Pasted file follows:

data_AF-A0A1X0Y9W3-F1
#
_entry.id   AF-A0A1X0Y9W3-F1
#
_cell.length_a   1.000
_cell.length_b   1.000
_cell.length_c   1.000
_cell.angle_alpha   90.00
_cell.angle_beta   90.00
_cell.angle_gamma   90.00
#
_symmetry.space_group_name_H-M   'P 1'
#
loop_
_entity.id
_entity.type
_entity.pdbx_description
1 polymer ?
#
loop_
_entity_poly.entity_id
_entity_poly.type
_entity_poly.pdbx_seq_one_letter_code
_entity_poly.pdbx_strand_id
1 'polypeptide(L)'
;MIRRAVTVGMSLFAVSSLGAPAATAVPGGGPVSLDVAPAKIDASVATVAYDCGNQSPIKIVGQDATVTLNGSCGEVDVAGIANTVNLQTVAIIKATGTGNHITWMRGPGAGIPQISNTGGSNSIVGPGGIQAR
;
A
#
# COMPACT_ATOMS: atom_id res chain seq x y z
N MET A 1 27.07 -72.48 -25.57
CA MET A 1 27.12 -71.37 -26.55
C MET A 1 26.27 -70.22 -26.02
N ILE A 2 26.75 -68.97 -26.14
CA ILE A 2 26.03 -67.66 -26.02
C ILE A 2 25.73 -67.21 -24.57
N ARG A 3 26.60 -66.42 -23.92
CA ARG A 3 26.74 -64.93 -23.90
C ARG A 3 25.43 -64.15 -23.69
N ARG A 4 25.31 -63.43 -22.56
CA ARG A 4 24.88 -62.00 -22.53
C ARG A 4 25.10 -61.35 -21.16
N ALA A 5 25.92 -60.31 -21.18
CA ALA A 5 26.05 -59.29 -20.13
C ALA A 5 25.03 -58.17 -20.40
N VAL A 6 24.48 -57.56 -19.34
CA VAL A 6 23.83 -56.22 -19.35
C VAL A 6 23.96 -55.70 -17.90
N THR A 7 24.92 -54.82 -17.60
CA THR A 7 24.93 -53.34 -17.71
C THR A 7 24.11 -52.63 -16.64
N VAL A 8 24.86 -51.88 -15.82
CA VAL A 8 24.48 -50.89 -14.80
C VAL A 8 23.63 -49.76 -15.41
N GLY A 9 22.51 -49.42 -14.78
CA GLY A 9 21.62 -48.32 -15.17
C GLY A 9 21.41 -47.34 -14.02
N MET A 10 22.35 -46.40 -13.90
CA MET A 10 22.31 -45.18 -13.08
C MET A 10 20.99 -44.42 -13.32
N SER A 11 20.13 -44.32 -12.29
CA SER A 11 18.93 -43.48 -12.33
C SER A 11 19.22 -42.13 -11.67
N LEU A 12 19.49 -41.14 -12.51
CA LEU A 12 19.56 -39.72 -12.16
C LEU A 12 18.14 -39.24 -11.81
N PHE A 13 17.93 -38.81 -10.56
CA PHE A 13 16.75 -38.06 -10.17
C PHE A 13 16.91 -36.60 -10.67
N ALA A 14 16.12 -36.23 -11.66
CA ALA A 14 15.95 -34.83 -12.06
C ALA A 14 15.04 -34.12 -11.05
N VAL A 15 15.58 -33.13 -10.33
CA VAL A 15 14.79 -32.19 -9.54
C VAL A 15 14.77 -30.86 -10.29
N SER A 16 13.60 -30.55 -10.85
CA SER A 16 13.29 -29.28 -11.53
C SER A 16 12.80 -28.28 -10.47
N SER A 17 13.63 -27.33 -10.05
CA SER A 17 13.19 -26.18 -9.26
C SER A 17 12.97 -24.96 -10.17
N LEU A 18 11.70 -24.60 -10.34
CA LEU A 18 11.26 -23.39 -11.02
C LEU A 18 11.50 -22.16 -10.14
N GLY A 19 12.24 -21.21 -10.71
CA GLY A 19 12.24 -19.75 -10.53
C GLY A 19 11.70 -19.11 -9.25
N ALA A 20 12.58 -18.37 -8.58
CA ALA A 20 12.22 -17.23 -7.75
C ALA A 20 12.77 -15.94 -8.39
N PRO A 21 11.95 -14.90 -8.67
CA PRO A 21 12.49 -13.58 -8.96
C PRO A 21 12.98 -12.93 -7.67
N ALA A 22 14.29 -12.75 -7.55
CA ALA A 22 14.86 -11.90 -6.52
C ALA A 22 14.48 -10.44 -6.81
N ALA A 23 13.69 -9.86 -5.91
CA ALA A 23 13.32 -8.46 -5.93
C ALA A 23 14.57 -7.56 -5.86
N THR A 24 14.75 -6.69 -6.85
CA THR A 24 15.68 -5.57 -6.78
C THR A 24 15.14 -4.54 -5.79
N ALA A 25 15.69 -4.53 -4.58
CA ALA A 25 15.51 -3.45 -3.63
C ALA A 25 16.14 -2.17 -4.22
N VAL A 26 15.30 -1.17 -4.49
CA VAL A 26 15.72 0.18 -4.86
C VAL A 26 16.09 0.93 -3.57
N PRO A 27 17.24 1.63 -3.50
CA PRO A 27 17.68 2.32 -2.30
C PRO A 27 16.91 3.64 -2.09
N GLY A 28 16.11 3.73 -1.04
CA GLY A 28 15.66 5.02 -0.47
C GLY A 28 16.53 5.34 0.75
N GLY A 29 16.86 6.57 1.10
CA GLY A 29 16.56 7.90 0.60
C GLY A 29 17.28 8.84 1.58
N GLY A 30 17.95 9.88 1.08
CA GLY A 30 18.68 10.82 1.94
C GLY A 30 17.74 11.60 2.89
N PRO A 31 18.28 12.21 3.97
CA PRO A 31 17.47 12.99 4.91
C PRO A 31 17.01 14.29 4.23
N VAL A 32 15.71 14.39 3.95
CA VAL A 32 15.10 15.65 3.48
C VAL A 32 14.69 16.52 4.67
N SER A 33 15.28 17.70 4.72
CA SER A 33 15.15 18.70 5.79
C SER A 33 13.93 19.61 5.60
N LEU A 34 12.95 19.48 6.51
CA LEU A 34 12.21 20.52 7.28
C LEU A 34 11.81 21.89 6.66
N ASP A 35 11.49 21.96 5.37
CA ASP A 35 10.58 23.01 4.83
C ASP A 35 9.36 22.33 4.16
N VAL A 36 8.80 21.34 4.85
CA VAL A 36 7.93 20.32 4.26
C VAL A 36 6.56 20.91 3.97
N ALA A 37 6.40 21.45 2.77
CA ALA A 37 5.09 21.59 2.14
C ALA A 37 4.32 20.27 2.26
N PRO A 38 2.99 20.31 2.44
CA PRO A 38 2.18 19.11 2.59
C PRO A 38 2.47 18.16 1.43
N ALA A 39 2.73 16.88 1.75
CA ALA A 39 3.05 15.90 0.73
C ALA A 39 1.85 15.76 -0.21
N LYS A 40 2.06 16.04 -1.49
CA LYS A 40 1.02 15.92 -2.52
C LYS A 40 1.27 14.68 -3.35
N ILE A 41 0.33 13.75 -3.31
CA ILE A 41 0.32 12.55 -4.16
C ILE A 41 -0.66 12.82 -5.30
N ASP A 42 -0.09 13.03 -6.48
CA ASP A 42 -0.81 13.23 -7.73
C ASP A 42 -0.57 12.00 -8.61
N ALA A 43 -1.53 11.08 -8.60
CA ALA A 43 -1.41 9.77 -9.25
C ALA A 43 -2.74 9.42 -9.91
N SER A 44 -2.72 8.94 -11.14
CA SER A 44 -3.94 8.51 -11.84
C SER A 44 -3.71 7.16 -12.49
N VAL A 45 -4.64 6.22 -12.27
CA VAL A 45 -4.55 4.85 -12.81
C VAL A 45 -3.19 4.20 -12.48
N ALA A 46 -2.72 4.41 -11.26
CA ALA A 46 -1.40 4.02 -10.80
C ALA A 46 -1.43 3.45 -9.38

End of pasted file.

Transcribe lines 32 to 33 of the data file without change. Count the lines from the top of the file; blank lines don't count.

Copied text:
CA MET A 1 27.12 -71.37 -26.55
C MET A 1 26.27 -70.22 -26.02